Net neutrality is in the news again. Here’s a quick update to help you understand the most common questions about the subject, starting with the most obvious one…
What is net neutrality?
Net neutrality is a concept which proposes that internet service providers (ISPs) must treat data on the Internet equally without giving preferential treatment to any publishers or platforms. This means that till the time that net neutrality is upheld, an ISP cannot slow down, speed up, or block specific services or otherwise regulate the data running through their infrastructure.
Okay, who’s against net neutrality?
More important than ‘who’ is ‘why’—why would anyone be against the free flow of data on the Internet? The answer is ISPs and cable networks with market monopolies and vested interests. Take Verizon for instance, a cable company that also owns AOL and Yahoo, it doesn’t take a stretch of imagination to figure that in the post-net neutrality era, Verizon will offer faster access to services from its own media and streaming platforms. Similarly, Comcast owns NBC; AT&T has a stake in Otter Media and is trying to merge with Time Warner. You get the idea.
Putting in-house media platforms on the “fast lane” is only half the picture. The other half is the freedom these ISPs will now have to de-proritize data from competing platforms, or charging an additional fee to be able to access them, and even outright block them. Essentially, if net neutrality is taken out of the picture, these networks will be free to engage in an open war to undermine each other while solidifying their own respective monopolies, presumably at the expense of users.
Wait, wasn’t this debate over already?
Well, it was. Regulations safeguarding net neutrality were enacted in 2015. But Ajit Pai, the FCC chairman who assumed office this year under the Trump administration, has been on a campaign to repeal the laws in favor of what he calls, “…a light-touch regulation.”
Why exactly Ajit wants the laws repealed is anybody’s guess. His explanations have ranged from vague platitudes to outright false claims such as “killing net neutrality will help the sick and disabled“.
Most media coverage of the development has been negative and tends to stop just short of implying that the FCC is compromising itself to the interests of the telecom lobby. The public backlash continues even as the previous chairman of FCC, Thomas Wheeler, has publicly slammed Ajit for his actions.
…eliminating net neutrality regulations will allow the big four ISPs to “make their own rules,” Wheeler said. Wheeler accused the “Trump FCC” of “walking away from the responsibility… to oversee networks” and “walking away from existing consumer protections for a fast, fair, and open Internet.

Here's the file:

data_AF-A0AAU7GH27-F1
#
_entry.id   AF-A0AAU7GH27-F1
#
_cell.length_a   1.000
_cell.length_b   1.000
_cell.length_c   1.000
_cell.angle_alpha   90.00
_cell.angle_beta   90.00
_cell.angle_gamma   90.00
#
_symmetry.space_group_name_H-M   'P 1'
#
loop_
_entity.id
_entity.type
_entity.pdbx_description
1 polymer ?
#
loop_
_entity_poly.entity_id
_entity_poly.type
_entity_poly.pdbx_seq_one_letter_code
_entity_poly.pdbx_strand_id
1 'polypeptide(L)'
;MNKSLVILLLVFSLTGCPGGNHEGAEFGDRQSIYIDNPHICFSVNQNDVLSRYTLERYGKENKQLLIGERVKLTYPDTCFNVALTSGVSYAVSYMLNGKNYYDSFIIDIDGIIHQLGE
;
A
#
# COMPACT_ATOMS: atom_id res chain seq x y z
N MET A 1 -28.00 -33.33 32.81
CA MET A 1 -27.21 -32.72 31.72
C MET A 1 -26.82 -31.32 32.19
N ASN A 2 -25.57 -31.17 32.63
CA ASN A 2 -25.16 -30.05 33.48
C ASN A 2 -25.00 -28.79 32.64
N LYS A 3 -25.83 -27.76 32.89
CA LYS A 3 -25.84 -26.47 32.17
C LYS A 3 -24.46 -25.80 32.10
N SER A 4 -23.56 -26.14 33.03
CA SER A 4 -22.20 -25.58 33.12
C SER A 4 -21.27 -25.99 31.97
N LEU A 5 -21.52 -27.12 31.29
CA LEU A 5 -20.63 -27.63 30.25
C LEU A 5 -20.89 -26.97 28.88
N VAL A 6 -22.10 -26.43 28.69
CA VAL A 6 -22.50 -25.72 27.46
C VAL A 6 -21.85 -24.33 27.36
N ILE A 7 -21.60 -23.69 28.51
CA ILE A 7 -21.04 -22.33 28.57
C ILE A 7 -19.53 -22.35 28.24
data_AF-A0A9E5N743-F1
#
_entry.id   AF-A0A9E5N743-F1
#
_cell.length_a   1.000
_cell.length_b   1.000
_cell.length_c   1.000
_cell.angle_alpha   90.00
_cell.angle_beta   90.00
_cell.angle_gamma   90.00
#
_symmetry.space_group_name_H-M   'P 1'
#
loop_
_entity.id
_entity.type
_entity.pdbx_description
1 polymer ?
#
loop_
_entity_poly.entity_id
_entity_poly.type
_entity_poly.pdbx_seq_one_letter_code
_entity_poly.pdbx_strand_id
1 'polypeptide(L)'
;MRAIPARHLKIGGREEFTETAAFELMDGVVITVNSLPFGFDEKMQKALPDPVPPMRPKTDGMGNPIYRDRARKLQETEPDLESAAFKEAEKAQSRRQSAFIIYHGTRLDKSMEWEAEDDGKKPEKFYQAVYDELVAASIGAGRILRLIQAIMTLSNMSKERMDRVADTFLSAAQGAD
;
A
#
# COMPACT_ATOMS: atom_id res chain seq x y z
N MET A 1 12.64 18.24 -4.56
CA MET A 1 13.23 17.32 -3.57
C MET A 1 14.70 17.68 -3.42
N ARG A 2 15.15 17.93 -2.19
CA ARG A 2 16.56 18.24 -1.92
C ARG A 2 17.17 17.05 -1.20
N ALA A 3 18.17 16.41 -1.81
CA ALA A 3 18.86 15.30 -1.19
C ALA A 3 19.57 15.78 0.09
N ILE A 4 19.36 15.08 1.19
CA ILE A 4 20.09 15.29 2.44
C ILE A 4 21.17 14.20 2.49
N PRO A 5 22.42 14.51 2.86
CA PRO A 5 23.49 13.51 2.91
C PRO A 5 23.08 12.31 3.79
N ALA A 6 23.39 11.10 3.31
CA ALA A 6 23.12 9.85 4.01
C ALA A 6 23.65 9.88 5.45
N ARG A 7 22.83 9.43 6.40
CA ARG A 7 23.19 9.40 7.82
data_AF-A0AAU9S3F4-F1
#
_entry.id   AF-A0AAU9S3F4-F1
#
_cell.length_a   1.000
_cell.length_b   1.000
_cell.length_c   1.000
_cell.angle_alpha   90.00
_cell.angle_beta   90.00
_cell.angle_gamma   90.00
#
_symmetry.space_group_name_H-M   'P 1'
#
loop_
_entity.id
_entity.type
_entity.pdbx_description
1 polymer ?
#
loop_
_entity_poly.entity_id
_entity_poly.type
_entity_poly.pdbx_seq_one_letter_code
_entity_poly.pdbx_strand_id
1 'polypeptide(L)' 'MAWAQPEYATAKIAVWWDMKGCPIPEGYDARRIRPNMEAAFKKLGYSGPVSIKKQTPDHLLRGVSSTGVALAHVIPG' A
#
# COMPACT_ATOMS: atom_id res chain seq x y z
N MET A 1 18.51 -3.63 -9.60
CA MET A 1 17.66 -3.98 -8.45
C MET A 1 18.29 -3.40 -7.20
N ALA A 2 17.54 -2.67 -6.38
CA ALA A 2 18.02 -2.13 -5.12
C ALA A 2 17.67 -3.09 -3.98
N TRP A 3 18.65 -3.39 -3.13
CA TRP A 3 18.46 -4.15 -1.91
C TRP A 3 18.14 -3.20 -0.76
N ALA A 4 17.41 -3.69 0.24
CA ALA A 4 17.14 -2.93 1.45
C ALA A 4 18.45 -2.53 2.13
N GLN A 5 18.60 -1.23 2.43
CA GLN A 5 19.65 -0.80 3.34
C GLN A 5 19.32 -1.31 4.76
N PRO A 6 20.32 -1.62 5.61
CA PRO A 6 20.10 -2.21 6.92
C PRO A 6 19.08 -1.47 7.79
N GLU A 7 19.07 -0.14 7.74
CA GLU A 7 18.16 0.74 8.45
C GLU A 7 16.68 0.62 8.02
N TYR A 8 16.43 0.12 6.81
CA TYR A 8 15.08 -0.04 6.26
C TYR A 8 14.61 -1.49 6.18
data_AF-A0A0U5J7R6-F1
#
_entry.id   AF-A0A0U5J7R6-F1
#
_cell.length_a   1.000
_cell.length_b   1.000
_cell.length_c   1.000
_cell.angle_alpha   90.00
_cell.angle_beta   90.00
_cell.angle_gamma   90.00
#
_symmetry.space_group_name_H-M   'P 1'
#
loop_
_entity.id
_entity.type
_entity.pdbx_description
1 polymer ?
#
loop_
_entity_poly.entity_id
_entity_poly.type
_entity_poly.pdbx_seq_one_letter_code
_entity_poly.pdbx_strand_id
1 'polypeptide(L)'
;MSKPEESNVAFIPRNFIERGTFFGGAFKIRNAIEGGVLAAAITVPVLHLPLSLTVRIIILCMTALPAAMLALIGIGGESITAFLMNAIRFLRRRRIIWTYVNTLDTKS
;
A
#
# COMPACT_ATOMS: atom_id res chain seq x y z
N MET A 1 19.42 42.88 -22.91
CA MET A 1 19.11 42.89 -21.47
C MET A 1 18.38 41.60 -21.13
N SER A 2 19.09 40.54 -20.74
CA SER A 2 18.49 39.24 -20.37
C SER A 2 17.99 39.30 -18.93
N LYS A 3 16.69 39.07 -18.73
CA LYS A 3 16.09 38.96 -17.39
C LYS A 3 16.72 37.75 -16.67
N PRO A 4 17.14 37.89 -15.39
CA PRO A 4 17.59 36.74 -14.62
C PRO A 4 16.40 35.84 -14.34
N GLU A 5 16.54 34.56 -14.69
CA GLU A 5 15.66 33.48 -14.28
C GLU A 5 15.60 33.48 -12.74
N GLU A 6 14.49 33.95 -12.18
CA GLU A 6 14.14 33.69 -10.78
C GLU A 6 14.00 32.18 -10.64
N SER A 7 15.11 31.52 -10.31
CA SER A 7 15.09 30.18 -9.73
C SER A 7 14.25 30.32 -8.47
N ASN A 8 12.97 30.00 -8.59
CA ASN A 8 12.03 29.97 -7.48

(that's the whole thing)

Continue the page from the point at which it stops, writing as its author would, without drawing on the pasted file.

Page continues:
via Ars Technica
Despite all this opposition and controversy, as things stand, Ajit Pai and the FCC are still expected to continue with the rollback of net neutrality regulations.
What does net neutrality mean for consumers?
If net neutrality laws are repealed, consumers will be left vulnerable to differential pricing packages and schemes that ISPs may introduce to make more money. As one of the leading providers of video streaming services worldwide, Netflix is publicly opposing the net neutrality rollback, and the reason is simple—its services are data-heavy, something the ISPs will likely penalize its users going forward by asking them to pay more for the service to work.
Apart from selectively throttling bandwidth, ISPs could differentiate web services by type (such as social, news, entertainment) and start charging additional money to get access to these “packages”. The internet has never been free but it has always been equal, for consumers, the net neutrality rollback threatens to disrupt that equality in favor of ISPs making more money from the Internet data they provide.
What does net neutrality mean for web publishers?
Nothing good. As ISPs prioritize their own subsidiary media platforms, independent publishers may eventually be expected to pay their way to get in the “fast lane”, and while large publishers may be able to afford the overheads, it’s the smaller publishers—those who can’t afford to pay up—who will likely suffer the most by being relegated to the slow lane of the internet.
“I suspect that ISPs would create different tiers of data transmission speeds and prioritization,” says Fred Lane, an attorney who specializes in emerging technologies. “Large corporations would be in a position to negotiate preferential treatment in ways not available to smaller content producers.”
That said, even if larger publishers can afford to pay up, this is a bad time for the publishing industry to deal with the fallout of rolling back net neutrality when it’s already struggling with other issues such as ad blocking, ad fraud, and ad tech supply chains bogged down with hidden fees.